Science Fair Project Encyclopedia
The original Addington Place was built in the 16th Century away from the site of the earlier manor. Former Lord Mayor of London, Barlow Trecothick took the house over in the late 18th Century and much redevelopment ensued, transforming it into a three-storey Palladian-style country mansion with single-storey wings and a splendid Great Hall, completed in 1778. The substantial grounds and gardens were landscaped by Lancelot "Capability" Brown.
An Act of Parliament in 1807 enabled the mansion to be purchased for the Archbishops of Canterbury, since Croydon Palace had become inconvenient. It was renamed Addington Palace and further changes were made, much overseen by Richard Norman Shaw.
The Palace became the official second residence of six Archbishops:
- Charles Manners-Sutton from 1805,
- Willam Howley from 1828,
- John Bird Sumner from 1848,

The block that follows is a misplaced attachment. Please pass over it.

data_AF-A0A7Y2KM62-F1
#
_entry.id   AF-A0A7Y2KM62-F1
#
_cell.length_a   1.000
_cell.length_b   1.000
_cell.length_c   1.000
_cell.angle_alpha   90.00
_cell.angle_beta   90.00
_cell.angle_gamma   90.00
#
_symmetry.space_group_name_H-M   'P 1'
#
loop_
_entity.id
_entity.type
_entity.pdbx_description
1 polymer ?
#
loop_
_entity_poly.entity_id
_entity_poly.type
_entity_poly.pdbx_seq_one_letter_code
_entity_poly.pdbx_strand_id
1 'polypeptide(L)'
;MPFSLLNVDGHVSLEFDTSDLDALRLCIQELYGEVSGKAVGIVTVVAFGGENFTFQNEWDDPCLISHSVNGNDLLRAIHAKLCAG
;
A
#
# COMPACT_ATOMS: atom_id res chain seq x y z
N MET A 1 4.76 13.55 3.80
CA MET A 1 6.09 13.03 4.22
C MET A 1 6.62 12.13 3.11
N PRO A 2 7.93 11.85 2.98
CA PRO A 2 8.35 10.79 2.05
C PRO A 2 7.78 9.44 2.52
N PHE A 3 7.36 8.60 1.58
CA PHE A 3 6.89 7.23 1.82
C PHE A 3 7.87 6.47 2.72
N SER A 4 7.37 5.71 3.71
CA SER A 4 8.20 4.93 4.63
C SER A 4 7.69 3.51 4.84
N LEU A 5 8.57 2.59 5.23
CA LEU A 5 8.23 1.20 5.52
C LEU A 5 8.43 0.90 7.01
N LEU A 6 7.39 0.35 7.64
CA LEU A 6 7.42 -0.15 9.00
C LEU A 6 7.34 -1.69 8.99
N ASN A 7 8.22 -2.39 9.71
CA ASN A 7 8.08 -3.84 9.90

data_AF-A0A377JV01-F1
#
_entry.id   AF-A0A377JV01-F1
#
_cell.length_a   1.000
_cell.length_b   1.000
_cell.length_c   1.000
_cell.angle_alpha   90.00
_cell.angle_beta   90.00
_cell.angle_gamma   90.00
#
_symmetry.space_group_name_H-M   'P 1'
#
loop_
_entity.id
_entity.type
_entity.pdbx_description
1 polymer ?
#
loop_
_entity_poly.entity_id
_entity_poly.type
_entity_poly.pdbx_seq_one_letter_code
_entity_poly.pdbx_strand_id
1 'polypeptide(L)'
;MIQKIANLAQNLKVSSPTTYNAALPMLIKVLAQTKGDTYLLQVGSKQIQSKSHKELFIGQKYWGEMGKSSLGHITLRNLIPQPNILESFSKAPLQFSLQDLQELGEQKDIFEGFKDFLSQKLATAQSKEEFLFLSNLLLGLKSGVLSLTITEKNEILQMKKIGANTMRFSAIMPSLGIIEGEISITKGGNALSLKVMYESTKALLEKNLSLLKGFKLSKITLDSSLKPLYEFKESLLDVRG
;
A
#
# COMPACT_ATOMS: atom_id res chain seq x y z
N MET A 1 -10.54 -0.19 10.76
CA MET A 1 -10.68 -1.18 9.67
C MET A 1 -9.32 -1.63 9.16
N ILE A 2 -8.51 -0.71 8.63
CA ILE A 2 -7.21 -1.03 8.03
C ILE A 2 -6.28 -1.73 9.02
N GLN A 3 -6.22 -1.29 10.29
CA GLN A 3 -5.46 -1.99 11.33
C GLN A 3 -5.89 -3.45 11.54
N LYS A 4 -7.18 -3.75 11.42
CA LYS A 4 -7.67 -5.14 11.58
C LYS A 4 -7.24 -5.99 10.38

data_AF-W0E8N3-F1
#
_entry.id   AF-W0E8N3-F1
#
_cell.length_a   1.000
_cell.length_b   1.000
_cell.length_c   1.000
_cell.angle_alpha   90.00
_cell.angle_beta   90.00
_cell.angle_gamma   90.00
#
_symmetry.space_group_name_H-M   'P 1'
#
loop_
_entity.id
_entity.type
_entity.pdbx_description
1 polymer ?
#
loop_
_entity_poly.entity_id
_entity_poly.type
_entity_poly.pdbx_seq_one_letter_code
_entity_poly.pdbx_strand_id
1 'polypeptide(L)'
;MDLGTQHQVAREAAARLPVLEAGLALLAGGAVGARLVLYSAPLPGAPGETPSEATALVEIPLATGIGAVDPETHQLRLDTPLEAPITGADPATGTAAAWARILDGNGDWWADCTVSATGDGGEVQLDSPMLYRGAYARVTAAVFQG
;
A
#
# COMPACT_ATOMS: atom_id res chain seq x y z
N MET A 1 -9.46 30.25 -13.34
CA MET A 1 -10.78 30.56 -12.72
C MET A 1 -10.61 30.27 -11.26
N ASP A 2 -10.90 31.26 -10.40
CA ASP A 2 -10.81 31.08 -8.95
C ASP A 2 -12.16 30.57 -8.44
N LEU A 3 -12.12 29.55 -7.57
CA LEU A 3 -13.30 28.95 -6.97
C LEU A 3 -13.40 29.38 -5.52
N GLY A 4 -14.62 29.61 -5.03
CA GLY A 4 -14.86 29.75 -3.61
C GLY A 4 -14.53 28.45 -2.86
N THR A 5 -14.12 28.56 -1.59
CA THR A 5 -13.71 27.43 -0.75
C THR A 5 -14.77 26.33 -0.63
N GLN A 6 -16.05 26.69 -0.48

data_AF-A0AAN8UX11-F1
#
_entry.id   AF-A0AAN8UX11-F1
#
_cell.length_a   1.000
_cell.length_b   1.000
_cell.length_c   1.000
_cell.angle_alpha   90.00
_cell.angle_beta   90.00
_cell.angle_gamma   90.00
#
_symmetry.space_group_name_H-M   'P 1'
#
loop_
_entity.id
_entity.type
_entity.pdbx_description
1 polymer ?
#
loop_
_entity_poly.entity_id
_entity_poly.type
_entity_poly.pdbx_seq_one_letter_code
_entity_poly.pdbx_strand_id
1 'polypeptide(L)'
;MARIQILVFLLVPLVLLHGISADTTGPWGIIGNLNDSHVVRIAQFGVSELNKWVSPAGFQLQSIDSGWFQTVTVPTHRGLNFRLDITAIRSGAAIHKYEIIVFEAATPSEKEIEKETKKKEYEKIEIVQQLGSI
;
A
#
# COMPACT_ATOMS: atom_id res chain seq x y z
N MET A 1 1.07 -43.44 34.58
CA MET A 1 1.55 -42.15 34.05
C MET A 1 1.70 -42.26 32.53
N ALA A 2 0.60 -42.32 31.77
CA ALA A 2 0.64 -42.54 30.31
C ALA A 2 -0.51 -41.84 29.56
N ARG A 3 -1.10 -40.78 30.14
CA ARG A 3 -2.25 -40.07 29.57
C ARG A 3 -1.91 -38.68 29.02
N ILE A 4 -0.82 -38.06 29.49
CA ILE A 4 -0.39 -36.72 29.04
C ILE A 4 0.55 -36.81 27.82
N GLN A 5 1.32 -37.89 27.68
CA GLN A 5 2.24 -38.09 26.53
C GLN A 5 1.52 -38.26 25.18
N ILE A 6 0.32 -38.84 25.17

- Charles Thomas Longley from 1862,
- Archibald Campbell Tait from 1868,
- Edward White Benson from 1883.
All except Benson are buried in St Mary's Church in Addington.
The Palace was sold in 1897 to Mr English, a diamond merchant. In World War I the house was taken over by the Red Cross and became a fever hospital, but eventually it came into the hands of the local Council in 1930. In 1953, it was leased to the Royal School of Church Music until 1996, when a private company took it over for development as a conference and banqueting venue, health farm and country club.
It is surrounded by a park and golf courses, and its gardens are still largely in their original design. Much of the grounds have been leased by golf clubs and the exclusive Bishops Walk housing development was built on one part also.
The contents of this article is licensed from www.wikipedia.org under the GNU Free Documentation License. Click here to see the transparent copy and copyright details